Apparently, LeaseFetcher allows visitors to search hundreds or thousands of cars for the right one and “with that many options, there is a significant risk of users getting lost and not knowing what to do next. This, in turn, leads to user frustration and a very high bounce rate.”
So Stewart made it easier on visitors: “I designed a large range of product filters covering pretty much everything that’s important to motorists. Think fuel efficiency, performance, body style, doors, fuel type, seats, luggage capacity, rating, popularity, and so on.”
This helps them answer visitors’ questions quickly and easily.
Related: 27 Blogging Statistics That Will Shape Your Content Strategy in 2023
Another way to reduce your bounce rate can be to add internal links in your (blog) posts as well as sidebar widgets that show your most popular or recent articles.
This can help you send the visitors down a rabbit hole and get them to engage more with your website.
Jonathan Aufray of Growth Hackers explains that “the more chances your visitors have of saying on your website, the higher the probability that they will. I also recommend adding a search bar on your site where people can search your website by typing keywords.”
And while good internal linking practices help every visitor, Sam Kessenich of Rytech says that “they’re especially helpful for people who reach top-of-funnel or brand awareness pages”.
Kessenich also recommends using Google Tag Manager to implement scroll tracking since “you can then see how far down the page people are scrolling before they click (or bounce).”
Chatbots can be helpful in a number of ways.
First off, a chatbot can provide instant and personalized customer support to website visitors, answering their questions and helping them find the information they’re looking for. This also improves user experience and encourages visitors to stay on your site longer.
Next, a chatbot can help guide visitors to the most relevant content on your website.
By asking a few questions or providing options to choose from, the chatbot can suggest pages or content that are most likely to interest the visitor, increasing the chances that they will explore further and reducing the likelihood of them bouncing.
Nicolina Savelli of Wily Global says that adding a chatbot led to the most dramatic bounce rate improvement for her website:
“When we first launched our company website, our bounce rate was pitiful; 64%-84%. It was SEO optimized, responsive, and clean. So, naturally, I was horrified and started testing areas I felt could capture our audience for longer periods of time.
The first tactic that worked was launching a landing page slider. Our homepage originally had one static image and a single CTA. I decided to ask our designer to create 4 visually engaging slider graphics, each with its own CTA. The minute I added the slider, our bounce rate fell to about 30%-40%.
The second, and most dramatic improvement in decreasing our bounce rates, was adding a chatbot to our website. This dramatically decreased our bounce rate to 2%, even with an increase in traffic to the website. The option forced users to browse longer and ask questions, rather than bouncing off the page.”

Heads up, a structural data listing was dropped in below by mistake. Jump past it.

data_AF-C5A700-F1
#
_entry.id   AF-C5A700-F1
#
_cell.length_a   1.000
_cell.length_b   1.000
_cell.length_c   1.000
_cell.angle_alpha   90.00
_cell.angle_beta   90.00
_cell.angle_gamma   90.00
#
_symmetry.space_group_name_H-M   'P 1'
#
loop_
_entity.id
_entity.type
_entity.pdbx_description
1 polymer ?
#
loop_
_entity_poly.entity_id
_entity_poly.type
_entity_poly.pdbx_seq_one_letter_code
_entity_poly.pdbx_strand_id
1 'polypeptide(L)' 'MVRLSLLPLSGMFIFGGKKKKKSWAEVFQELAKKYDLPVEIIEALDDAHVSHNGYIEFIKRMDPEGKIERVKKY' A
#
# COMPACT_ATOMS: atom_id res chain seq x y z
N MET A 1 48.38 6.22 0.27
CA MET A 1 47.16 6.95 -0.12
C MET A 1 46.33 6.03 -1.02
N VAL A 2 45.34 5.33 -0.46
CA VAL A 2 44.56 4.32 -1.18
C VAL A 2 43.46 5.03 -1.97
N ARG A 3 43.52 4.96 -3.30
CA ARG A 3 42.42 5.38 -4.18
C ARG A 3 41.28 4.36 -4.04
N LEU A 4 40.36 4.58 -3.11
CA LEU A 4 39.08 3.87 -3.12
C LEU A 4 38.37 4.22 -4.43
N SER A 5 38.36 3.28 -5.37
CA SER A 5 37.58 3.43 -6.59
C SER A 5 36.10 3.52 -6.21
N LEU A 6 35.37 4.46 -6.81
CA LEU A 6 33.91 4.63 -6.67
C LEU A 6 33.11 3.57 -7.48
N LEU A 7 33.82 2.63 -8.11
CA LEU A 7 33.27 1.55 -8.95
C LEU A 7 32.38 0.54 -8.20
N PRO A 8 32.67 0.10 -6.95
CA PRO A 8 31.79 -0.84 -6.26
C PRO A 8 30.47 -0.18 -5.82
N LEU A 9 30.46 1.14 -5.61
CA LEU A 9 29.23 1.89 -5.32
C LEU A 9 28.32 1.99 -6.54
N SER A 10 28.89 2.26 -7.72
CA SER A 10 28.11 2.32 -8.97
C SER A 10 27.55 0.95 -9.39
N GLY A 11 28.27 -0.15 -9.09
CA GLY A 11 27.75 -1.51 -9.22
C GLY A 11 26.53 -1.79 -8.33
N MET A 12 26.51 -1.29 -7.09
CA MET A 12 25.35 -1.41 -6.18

Exit-intent pop-ups show a message when it looks like someone is going to leave your website i.e. scrolls to the top of the browser window. This can be one last chance to grab their attention.
It can help you reduce bounce rate in several ways:
And while pop-ups can sometimes be rather annoying, Colton De Vos of Resolute Technology Solutions says that they give you “a chance to get your main message or value offer in front of people as they are leaving your website. Since it only appears when someone is showing exit intent, it doesn’t disrupt the browsing experience”.
He also recommends using a quarter-page pop-up in the corner of the window if you don’t want to take over the entire page.
While a high bounce rate isn’t always a sign of trouble, you have to look at the full picture to better understand whether it needs to be improved.
You need to set an accurate diagnosis, and this can only be done if you also look at content quality, website design, technical issues, page intent, and similar factors.
But there’s one more huge puzzle piece here – looking at your competitors’ performance and seeing how you stack up against them.
We’ve seen that bounce rates can fluctuate by a large margin across industries, so knowing how companies like yours are performing can provide you with a ton of valuable insights.
Getting a hold of this competitor data has always been complicated, but not anymore.
Databox’s Benchmark Groups helps all types of businesses get benchmark data instantly, without having to spend days (if not weeks) looking it up on Google, industry papers, or asking connections in different companies.
You just have to find the group you want to join, share some basic info about your company, and connect data sources (data is 100% anonymous, for both you and your competitors).
That’s it, no catch and no secret fees – it’s completely free.
If you’re already a Databox user, you can even skip the signup and fast-forward the entire process.
Furthermore, using Databox dashboards can help with the diagnosis we talked about at the beginning since you’ll be able to pull up all of your key data onto one comprehensive dashboard.
This way, you have all the necessary information right in front of you and you can quickly assess whether your bounce rate is where it should be or it could use a bit of optimizing.